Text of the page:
At a recent PR News 3-hour workshop on measuring public affairs activities, an interesting challenge was presented to the attendees and BurrellesLuce trainer Johna Burke. A PR executive lamented that it’s perceived by her senior management that she’s so effectively managing her PR department that there’s no need for additional staff or resources. The better she performs with the resources she has, the less likely she can effectively petition for a bigger budget. So how can she get more money in her budget; how can she hire an additional staff person so she has, um, time to breathe and a fighting chance at improving her PR activities?
I hear this problem often from PR professionals, who are dealing with a legacy of comparatively lower budgets than their Marketing counterparts and in which proving PR’s value is a Holy Grail endeavor. Let’s put aside the fact that in this challenging economy it’s probably not the best time to be asking for a bigger slice. Because it turns out this story has little to do with measurement.
PR measurement has become the license of the trade — if you can’t measure your PR, then you shouldn’t be driving your organization’s communications efforts. So let’s assume that you read PR News every week and check out our Measurement channel and Webinars for additional ideas. And let’s assume you have the dashboard and the other basic measurement tools. Interestingly, the PR professional at this PR News workshop had all that and was spending an afternoon and the following day learning more about measurement from our PR News conference trainers.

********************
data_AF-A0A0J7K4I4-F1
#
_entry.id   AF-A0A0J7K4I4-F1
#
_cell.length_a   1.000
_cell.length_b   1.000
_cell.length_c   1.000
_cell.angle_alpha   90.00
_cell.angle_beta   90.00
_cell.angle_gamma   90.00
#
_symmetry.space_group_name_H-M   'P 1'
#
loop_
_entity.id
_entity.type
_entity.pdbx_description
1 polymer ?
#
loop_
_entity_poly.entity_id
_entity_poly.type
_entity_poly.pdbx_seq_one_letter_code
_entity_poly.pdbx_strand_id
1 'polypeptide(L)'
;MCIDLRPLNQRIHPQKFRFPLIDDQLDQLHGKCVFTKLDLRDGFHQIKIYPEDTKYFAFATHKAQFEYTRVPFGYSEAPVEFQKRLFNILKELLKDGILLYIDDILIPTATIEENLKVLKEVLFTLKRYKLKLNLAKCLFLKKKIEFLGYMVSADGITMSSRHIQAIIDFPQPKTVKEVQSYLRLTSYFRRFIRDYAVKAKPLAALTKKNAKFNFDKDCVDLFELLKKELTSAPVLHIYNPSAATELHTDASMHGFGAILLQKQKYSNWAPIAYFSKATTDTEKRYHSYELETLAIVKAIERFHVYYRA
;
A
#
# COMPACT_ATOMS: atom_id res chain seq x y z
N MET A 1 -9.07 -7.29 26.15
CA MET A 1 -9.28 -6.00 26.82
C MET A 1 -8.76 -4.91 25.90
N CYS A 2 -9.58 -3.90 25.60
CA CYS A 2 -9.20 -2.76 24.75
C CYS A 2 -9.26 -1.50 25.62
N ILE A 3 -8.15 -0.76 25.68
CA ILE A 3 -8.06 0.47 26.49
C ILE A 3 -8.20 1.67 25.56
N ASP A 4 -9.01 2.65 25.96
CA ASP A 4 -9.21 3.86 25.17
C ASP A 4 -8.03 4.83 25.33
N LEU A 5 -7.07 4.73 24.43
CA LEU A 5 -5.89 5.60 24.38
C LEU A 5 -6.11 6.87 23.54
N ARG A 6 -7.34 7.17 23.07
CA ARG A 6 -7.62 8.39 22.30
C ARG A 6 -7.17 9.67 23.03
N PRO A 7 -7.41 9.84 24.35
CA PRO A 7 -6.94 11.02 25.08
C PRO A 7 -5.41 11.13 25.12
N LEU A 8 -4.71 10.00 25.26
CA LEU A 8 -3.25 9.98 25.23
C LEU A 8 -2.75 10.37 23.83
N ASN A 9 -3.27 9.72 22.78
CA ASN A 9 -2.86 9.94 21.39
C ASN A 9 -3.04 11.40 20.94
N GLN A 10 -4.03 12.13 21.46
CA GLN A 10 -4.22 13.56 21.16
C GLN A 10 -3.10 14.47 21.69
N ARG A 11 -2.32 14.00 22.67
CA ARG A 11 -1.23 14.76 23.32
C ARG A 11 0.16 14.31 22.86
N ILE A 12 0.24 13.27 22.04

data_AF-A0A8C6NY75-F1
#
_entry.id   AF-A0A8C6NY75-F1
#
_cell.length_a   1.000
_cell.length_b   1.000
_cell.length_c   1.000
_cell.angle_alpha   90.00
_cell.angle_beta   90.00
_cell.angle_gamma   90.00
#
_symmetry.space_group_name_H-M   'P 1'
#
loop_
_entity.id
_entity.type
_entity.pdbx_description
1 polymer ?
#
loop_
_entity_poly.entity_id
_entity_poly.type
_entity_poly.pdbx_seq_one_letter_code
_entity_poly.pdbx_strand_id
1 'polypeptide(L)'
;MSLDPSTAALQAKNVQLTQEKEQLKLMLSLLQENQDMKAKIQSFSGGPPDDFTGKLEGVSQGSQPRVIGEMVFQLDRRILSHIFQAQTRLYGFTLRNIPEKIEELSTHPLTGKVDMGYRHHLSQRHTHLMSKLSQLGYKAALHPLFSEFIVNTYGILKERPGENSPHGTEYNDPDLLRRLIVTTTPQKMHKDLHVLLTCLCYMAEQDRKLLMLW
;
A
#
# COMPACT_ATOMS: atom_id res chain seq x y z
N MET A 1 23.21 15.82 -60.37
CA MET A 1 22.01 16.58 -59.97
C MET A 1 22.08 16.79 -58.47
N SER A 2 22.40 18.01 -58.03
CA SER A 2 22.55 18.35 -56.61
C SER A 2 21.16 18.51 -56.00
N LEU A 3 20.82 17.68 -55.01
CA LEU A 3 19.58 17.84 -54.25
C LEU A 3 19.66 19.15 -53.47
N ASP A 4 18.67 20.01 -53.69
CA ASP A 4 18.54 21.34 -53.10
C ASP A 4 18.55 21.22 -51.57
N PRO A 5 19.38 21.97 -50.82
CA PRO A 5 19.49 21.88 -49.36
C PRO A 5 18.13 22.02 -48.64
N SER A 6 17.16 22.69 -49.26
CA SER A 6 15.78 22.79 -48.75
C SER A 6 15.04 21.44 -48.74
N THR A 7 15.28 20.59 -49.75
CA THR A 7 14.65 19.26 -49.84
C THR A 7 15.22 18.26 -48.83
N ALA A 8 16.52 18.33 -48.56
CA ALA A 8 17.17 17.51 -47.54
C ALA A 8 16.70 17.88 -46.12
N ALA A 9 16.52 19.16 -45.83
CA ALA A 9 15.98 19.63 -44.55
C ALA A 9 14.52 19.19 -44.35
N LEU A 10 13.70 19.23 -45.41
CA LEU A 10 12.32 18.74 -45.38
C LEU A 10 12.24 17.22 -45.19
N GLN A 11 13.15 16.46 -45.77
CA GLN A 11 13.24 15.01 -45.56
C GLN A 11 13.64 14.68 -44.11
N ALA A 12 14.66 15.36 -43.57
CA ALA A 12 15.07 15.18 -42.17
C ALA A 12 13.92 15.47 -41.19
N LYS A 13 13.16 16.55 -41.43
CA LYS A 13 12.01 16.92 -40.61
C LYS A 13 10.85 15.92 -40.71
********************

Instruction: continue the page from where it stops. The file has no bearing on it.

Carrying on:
After speaking with her at the break, during which she indulged in not one but too energy bars, I realized that her challenge was not so much the activity of measuring. Rather, it was how to communicate with her boss. How to ask for more without feeling like she might get fired or, at best, looked upon as a less competent employee. In other words, she didn’t have the courage of her convictions. She was, after all, a pretty good communicator from what I could tell. Among her peers, she knew how to talk the talk. But with her superiors she became a shrinking violet who didn’t believe in her ideas or her ability to communicate need. Turns out she hasn’t even asked for additional resources. “I was getting vibes from my manager that I was doing so great that he doesn’t need to worry about spending more on PR,” she told me. Operating on “vibes” and failing to communicate PR’s successes are a recipe for disaster for PR professionals who’ve come a long way from being perceived as press release pushers.
— Diane Schwartz